For Immediate Release
Southwest Forest Proposes End to Baiting of Endangered Mexican Wolves
SILVER CITY, N.M. - - The Apache-Sitgreaves National Forest in eastern Arizona, where
Mexican gray wolves roam, has proposed a new policy requiring proper
disposal of livestock carcasses - the first time livestock owners would
be tasked with a responsibility to prevent conflicts with wolves.
If the remains of cattle (and sometimes horses and sheep) that have
died of non-wolf causes are not made inedible or removed, they can
attract wolves to prey on live cattle that may be nearby the carcass,
and habituate them to domestic animals instead of their natural prey.
The new policy would effectively ban the practice of baiting wolves
into preying on domestic animals, which can lead to wolves being
trapped or shot by the government in retribution. Such "predator
control" actions are undermining recovery of the Mexican wolf, North
America's most imperiled mammal. The proposed change would help the
beleaguered species recover.
Michael Robinson, a
conservation advocate with the Center for Biological Diversity in
Silver City, N.M., commended the Forest Service for the proposal.
"Ensuring that cattle and horses that die of non-wolf causes don't
entice Mexican wolves into scavenging was recommended by independent
scientists and is just plain common sense," Robinson said.
"If wolves and livestock are to coexist, we must strive to prevent
conflicts rather than blame the wolves once they have already become
used to regarding domestic animals as prey," he said.
The Apache-Sitgreaves is one of several Southwestern national forests
updating their 10-year forest plans, and is the first unit of
government to propose a livestock carcass clean-up policy in the
Southwest. The policy was instituted from the outset of the successful
reintroduction of northern Rocky Mountain gray wolves to Yellowstone
National Park and central Idaho (see background information, below).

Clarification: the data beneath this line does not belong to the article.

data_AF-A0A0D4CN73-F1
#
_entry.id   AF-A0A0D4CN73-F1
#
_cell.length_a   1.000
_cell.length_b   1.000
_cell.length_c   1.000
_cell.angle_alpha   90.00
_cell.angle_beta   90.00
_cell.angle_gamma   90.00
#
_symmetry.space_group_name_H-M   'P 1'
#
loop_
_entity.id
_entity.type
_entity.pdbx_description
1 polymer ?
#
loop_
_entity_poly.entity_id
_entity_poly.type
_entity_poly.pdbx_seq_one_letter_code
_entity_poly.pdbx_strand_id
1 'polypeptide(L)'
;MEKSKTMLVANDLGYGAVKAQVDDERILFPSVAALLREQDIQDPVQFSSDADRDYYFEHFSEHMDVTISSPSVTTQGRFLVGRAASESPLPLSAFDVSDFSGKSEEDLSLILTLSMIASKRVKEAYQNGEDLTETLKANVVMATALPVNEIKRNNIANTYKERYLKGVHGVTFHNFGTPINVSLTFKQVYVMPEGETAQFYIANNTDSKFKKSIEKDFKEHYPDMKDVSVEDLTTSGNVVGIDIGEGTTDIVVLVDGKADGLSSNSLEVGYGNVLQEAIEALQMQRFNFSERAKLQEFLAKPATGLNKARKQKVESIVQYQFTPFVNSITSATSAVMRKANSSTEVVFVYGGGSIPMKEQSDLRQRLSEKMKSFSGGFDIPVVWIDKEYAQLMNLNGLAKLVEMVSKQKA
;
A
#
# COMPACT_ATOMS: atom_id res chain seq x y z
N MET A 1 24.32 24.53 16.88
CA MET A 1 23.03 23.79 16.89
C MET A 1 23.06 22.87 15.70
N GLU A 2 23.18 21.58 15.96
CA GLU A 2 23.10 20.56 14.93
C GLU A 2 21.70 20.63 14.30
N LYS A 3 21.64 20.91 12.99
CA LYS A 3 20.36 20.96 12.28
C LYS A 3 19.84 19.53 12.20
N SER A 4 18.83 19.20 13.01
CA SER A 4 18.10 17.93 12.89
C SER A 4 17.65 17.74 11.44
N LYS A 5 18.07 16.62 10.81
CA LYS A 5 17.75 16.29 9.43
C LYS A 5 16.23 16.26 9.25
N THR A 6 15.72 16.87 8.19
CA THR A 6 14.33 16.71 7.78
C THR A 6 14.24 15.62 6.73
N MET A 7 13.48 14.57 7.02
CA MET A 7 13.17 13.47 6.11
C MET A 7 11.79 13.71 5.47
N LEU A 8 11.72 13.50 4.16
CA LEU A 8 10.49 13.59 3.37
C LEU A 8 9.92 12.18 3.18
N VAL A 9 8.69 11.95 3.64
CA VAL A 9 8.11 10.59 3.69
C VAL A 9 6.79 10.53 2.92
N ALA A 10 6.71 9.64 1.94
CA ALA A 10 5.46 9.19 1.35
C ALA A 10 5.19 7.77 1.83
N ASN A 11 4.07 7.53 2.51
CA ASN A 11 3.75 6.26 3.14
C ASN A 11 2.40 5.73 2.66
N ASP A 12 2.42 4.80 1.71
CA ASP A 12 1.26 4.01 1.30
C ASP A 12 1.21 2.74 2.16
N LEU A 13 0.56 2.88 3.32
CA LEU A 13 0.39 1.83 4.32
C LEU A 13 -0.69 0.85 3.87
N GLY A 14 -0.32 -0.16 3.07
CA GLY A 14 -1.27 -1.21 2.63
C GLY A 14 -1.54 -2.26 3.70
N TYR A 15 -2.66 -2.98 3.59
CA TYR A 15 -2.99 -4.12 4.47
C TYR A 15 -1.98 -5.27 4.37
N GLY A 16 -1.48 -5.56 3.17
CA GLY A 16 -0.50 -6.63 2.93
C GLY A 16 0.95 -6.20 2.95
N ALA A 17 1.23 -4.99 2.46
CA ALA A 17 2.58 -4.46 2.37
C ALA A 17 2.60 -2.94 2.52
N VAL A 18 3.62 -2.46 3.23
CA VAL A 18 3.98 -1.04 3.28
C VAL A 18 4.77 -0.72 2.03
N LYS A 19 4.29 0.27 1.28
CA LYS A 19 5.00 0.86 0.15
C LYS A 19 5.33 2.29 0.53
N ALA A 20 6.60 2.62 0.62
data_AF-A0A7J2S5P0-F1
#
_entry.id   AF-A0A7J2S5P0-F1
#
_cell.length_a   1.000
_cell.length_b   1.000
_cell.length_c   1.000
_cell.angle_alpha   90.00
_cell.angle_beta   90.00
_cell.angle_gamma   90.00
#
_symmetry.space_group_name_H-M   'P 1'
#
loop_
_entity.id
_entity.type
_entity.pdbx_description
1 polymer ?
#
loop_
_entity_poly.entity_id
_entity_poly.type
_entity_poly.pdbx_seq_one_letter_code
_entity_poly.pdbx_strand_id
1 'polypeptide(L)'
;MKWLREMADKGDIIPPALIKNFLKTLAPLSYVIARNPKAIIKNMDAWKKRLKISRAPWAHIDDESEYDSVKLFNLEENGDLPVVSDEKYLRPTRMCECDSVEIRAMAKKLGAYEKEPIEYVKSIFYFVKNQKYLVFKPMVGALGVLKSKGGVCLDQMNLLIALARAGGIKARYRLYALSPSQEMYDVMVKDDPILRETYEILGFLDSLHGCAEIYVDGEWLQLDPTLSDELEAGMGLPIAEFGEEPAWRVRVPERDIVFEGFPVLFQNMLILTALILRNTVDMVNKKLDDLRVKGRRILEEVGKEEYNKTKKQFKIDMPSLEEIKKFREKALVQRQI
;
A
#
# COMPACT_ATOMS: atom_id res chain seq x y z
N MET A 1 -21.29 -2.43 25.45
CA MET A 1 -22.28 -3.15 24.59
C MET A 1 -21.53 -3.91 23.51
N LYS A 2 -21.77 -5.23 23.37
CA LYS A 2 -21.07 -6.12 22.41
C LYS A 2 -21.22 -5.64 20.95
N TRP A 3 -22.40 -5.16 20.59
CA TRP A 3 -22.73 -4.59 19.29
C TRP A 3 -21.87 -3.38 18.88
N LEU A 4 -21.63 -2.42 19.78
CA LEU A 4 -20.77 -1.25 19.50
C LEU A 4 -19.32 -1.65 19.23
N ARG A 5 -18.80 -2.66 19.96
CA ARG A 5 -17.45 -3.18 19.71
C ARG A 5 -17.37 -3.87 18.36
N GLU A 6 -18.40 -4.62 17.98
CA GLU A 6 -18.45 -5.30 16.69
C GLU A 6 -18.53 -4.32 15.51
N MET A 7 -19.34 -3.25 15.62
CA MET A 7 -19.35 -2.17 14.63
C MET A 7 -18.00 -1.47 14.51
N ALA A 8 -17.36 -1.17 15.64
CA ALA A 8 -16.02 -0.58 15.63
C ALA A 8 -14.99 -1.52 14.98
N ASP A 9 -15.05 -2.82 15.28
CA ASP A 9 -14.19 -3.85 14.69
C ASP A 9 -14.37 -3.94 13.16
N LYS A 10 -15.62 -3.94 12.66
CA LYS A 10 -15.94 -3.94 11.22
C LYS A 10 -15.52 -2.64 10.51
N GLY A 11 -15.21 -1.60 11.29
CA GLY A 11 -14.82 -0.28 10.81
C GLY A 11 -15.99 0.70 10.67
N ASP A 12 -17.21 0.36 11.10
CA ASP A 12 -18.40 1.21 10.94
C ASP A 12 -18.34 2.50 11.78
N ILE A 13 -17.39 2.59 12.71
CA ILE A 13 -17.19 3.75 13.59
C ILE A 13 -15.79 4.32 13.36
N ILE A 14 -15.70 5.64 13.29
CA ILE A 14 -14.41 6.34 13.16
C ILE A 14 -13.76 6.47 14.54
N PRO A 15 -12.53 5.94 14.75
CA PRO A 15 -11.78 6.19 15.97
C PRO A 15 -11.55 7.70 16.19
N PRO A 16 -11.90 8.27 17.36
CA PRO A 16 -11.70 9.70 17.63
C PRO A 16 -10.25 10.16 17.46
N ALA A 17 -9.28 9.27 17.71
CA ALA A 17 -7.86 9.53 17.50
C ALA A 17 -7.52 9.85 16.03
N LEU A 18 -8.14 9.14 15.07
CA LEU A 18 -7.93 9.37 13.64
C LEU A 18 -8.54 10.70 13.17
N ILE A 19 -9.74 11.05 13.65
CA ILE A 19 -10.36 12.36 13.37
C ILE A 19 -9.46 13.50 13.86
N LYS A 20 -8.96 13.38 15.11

Cattle, sheep and horses on public lands die from many causes. During
drought years especially, animals stressed by poor nutrition feed on
poisonous plants. Others forage on steep slopes, from which they fall
to their deaths. Disease, lightning - a surprisingly common cause of death.-
collisions with vehicles, predators, and birth-related deaths also take
a toll. When there is access via roads, the livestock carcasses can be
hauled away or buried. In remote areas, depending on conditions,
carcasses can be made inedible by using corrosive lime, fire or even
The Forest Service's proposal comes in
the form of a line of text in its Draft Desired Conditions for the
Apache-Sitgreaves National Forests' Revised Forest Plan: "Livestock
carcasses are not available for scavenging within the Mexican Wolf
Recovery Zone." (See http://www.fs.fed.us/r3/asnf/plan-revision/documents/ASNF-Draft-DC-2008-08-15.pdf, p. 25.)
The proposal's brevity and informality - there is a Blue Range Wolf Recovery Area, but no official recovery "zone" -
belies its significance as a condition to be implemented through new
terms written into livestock grazing permits, once the plan is
The Center for Biological Diversity is
requesting that the provision be applied not just in the Apache
National Forest portion of the Blue Range Wolf Recovery Area, which